But THEN the pattern called for an Eye-of-Partridge stitch heel flap with a garter-stitch border. Ugh. Double-ugh. I *really* don’t like thinking that much when I knit! I stalled on the sox for nine months at that point! (Eye of Partridge is a lovely textured pattern created by slip stitches, alternating different stitches on different rows. Oh, and since it is worked flat on a heel flap, it requires purling whole rows every other row, something I try to avoid as well.)

I think Eye of Partridge is pretty, but it’s not pretty enough to be worth actually doing! And I’m not fond of the look of a garter stitch edge much, especially on what I consider to be otherwise a very elegant sock. But I was willing to consider that this was someone else’s vision and follow their instructions. The picture of the finished sock is just gorgeous, I must confess.

So last night was the Agony-of-Eye-of-Partridge night. I did two heel flaps, 30 stitches wide if I remember right, on size 1 needles, and each flap 2.25″ long. Brian had guests (the Scarlet Runner Band had rehearsal here) so I was relegated to the bedroom (where there is inadequate light for knitting) and sat there propped on the bed knitting EOP over and over. I’m happy to say I made it through the ordeal and turned both heels last night before turning in.

Now I only have to do cables on the instep, and then all stockinette (sigh) for the toe. I’m heading to heaven, folks. I love knitting around-and-around in stockinette. One stitch at a time, over and over, like a soothing clock ticking in the background. Love it.

Oh, by the way… the yarn for the hat here, I got at Yarn for Ewe. It’s one of their new fall yarns… it might be a nice substitute for Noro Kureyon in something, since the color bands appear to be about the same length. In my haste to pick up the messy living room for the guys last night, I lost that ball band as well, so I don’t have much information on it.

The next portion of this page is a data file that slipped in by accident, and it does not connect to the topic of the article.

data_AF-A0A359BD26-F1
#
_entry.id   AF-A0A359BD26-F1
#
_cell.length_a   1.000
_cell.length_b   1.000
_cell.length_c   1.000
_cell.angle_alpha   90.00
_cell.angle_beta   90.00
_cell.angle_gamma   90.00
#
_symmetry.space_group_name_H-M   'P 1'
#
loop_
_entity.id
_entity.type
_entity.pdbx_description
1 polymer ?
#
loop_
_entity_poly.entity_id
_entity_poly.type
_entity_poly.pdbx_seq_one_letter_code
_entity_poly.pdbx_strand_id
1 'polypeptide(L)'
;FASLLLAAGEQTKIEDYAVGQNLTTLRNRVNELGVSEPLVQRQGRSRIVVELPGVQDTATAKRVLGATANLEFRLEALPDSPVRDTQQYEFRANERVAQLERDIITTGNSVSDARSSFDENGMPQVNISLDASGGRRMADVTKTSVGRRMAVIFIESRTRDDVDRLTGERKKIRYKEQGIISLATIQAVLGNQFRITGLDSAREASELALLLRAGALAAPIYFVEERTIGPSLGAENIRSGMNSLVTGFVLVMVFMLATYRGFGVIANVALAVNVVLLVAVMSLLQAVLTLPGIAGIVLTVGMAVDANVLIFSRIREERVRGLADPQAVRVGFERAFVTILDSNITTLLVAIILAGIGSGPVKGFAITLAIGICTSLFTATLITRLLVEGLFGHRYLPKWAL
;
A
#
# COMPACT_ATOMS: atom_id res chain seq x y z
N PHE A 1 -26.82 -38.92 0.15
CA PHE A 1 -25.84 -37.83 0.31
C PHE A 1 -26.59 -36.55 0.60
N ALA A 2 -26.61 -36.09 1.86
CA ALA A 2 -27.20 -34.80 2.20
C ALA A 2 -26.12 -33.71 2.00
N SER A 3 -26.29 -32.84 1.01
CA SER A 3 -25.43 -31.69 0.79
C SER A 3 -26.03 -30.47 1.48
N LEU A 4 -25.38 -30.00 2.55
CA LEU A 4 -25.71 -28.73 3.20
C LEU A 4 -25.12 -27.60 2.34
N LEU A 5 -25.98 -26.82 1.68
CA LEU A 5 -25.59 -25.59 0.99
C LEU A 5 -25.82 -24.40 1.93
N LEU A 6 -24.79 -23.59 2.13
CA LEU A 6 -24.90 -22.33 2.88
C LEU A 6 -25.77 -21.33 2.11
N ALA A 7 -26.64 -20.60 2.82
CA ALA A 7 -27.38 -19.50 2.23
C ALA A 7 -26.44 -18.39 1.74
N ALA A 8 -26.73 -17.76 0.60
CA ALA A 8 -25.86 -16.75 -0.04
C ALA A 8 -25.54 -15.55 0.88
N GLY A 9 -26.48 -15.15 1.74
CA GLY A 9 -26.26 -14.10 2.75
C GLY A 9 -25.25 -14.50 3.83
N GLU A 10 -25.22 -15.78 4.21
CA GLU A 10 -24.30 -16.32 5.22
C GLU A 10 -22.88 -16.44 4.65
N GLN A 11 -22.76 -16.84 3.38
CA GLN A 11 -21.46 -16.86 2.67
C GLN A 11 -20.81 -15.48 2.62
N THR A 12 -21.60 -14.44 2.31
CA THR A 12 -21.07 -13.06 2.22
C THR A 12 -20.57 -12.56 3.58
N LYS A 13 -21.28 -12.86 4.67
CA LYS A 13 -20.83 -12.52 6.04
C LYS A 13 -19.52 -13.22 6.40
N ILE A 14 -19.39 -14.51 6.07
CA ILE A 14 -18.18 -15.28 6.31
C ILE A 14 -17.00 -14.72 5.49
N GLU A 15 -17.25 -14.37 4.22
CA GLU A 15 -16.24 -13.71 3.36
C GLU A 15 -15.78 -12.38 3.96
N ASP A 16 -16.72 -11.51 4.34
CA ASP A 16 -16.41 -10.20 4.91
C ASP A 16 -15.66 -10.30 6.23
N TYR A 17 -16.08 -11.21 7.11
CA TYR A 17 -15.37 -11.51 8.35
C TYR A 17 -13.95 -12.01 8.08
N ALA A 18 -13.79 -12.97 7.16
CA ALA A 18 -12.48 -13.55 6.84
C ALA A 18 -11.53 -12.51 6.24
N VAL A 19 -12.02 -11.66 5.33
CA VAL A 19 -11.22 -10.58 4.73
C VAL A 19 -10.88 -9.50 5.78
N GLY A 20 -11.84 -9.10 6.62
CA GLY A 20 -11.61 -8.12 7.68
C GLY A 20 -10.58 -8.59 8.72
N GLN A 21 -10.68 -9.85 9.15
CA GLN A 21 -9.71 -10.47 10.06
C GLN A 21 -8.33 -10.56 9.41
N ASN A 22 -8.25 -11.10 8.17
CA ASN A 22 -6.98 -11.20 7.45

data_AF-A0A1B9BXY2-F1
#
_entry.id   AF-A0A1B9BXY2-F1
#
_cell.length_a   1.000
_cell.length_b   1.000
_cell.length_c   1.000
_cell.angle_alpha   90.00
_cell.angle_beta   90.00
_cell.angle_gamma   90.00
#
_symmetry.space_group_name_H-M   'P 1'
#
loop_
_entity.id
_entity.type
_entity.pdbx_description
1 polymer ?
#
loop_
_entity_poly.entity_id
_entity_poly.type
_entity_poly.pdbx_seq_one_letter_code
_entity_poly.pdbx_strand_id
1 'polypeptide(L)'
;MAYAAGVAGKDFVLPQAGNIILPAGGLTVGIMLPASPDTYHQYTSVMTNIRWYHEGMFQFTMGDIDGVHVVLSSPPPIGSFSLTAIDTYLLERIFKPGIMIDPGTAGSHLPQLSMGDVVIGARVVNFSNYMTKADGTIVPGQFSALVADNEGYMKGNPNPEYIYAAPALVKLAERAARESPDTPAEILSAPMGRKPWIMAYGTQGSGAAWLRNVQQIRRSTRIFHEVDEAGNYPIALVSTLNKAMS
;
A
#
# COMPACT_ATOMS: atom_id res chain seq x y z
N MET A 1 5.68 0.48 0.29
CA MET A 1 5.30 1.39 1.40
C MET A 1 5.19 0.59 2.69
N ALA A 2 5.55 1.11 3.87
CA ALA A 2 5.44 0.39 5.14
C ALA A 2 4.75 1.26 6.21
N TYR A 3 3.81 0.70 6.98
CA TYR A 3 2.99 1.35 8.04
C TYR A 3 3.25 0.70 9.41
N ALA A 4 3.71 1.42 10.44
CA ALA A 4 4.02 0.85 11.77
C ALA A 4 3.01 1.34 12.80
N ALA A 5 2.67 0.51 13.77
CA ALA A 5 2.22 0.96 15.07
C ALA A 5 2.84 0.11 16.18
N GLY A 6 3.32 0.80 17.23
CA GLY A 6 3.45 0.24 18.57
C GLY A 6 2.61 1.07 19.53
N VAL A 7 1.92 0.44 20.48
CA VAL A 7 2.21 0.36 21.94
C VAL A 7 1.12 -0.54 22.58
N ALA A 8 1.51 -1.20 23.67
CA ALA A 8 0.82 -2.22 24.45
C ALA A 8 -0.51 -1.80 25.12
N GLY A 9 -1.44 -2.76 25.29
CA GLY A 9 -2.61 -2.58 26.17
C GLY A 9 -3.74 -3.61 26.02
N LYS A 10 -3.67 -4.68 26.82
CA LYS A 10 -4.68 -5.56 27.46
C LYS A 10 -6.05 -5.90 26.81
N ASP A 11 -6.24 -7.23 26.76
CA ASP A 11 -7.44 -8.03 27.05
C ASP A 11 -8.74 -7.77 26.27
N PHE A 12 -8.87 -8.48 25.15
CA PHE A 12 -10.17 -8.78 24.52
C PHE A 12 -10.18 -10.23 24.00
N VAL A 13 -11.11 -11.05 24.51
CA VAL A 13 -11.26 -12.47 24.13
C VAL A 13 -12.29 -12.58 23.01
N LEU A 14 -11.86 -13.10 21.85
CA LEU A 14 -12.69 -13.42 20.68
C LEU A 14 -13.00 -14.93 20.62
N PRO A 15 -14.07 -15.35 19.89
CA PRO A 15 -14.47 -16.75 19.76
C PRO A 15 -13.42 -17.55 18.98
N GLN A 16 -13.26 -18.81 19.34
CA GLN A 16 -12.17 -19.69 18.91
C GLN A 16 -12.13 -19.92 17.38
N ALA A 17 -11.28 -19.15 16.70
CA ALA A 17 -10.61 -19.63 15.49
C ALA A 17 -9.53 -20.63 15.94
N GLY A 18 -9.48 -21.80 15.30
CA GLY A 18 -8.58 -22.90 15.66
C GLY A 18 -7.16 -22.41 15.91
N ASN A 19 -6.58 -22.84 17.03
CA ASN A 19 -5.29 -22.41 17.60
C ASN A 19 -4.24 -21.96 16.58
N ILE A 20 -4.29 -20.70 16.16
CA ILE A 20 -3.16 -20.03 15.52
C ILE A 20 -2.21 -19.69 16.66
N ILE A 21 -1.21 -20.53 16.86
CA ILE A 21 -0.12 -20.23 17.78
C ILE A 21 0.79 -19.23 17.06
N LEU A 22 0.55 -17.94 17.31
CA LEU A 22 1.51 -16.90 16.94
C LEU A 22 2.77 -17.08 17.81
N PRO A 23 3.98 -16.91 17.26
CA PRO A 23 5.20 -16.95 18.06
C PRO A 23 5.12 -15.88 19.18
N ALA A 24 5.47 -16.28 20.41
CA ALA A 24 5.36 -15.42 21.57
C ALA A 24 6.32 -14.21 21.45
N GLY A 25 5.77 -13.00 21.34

One Response to “Pictures, at Last”

  1. Ahrisha Says:

    Greetings,

    I have enjoyed being a part of your knitting life. How wonderful that you are teaching the next generation to love knitting! Bless you.

    The baret you knitted with the raspberry and pinkish mohair is lovely. Can you remember what yarn you used? I love the way the colors blend into one another gradually. No clumps of color.

    When I read your post to the knitlist I just had to see your site. I do the same thing you do. As i knit I admire the yarn and tell it how beautiful it is and how much I love it and how wonderful it will be when it is finished!! I am using Colinette Giotto right now for a very loose sweater and the color is mesmerizing. It’s called pierro and has Gold as a predominent color with red and brown and ornage and some green. I can’t get done looking at it! Oh, and some purple too!

    What silly fun we have! Isn’t it great?

    Fondly,
    Ahrisha